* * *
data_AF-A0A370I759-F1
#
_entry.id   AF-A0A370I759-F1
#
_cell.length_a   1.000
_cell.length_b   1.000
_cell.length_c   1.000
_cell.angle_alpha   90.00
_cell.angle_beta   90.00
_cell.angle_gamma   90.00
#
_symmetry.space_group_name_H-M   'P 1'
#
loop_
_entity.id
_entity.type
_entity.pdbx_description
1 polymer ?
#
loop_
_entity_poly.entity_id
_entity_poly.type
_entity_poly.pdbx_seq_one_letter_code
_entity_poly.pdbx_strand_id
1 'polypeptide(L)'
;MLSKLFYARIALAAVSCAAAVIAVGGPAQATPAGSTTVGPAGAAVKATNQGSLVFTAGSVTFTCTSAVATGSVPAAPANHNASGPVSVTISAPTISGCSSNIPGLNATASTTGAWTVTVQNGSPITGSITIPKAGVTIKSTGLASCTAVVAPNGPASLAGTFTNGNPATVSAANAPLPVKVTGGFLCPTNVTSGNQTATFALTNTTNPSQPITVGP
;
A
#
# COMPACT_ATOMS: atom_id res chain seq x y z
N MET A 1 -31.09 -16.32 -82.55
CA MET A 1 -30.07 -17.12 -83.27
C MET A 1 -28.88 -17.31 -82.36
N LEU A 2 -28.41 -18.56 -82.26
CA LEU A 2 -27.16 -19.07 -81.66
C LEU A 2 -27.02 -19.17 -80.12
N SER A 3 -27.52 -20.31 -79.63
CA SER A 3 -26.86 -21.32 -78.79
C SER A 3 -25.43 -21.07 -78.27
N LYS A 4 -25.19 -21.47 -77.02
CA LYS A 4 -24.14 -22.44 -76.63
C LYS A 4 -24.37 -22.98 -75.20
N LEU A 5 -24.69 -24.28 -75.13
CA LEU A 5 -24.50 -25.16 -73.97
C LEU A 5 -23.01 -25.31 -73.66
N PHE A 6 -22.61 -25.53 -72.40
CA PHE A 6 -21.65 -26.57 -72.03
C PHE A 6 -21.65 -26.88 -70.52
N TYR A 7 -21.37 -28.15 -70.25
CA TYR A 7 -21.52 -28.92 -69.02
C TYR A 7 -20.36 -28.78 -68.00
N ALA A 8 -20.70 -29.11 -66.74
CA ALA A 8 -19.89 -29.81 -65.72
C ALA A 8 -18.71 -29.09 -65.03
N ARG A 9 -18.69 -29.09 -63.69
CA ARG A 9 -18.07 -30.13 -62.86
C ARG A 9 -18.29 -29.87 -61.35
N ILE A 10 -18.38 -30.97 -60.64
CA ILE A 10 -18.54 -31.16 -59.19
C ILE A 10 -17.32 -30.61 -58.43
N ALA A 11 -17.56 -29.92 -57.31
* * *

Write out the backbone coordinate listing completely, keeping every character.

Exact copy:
data_AF-A0A370I759-F1
#
_entry.id   AF-A0A370I759-F1
#
_cell.length_a   1.000
_cell.length_b   1.000
_cell.length_c   1.000
_cell.angle_alpha   90.00
_cell.angle_beta   90.00
_cell.angle_gamma   90.00
#
_symmetry.space_group_name_H-M   'P 1'
#
loop_
_entity.id
_entity.type
_entity.pdbx_description
1 polymer ?
#
loop_
_entity_poly.entity_id
_entity_poly.type
_entity_poly.pdbx_seq_one_letter_code
_entity_poly.pdbx_strand_id
1 'polypeptide(L)'
;MLSKLFYARIALAAVSCAAAVIAVGGPAQATPAGSTTVGPAGAAVKATNQGSLVFTAGSVTFTCTSAVATGSVPAAPANHNASGPVSVTISAPTISGCSSNIPGLNATASTTGAWTVTVQNGSPITGSITIPKAGVTIKSTGLASCTAVVAPNGPASLAGTFTNGNPATVSAANAPLPVKVTGGFLCPTNVTSGNQTATFALTNTTNPSQPITVGP
;
A
#
# COMPACT_ATOMS: atom_id res chain seq x y z
N MET A 1 -31.09 -16.32 -82.55
CA MET A 1 -30.07 -17.12 -83.27
C MET A 1 -28.88 -17.31 -82.36
N LEU A 2 -28.41 -18.56 -82.26
CA LEU A 2 -27.16 -19.07 -81.66
C LEU A 2 -27.02 -19.17 -80.12
N SER A 3 -27.52 -20.31 -79.63
CA SER A 3 -26.86 -21.32 -78.79
C SER A 3 -25.43 -21.07 -78.27
N LYS A 4 -25.19 -21.47 -77.02
CA LYS A 4 -24.14 -22.44 -76.63
C LYS A 4 -24.37 -22.98 -75.20
N LEU A 5 -24.69 -24.28 -75.13
CA LEU A 5 -24.50 -25.16 -73.97
C LEU A 5 -23.01 -25.31 -73.66
N PHE A 6 -22.61 -25.53 -72.40
CA PHE A 6 -21.65 -26.57 -72.03
C PHE A 6 -21.65 -26.88 -70.52
N TYR A 7 -21.37 -28.15 -70.25
CA TYR A 7 -21.52 -28.92 -69.02
C TYR A 7 -20.36 -28.78 -68.00
N ALA A 8 -20.70 -29.11 -66.74
CA ALA A 8 -19.89 -29.81 -65.72
C ALA A 8 -18.71 -29.09 -65.03
N ARG A 9 -18.69 -29.09 -63.69
CA ARG A 9 -18.07 -30.13 -62.86
C ARG A 9 -18.29 -29.87 -61.35
N ILE A 10 -18.38 -30.97 -60.64
CA ILE A 10 -18.54 -31.16 -59.19
C ILE A 10 -17.32 -30.61 -58.43
N ALA A 11 -17.56 -29.92 -57.31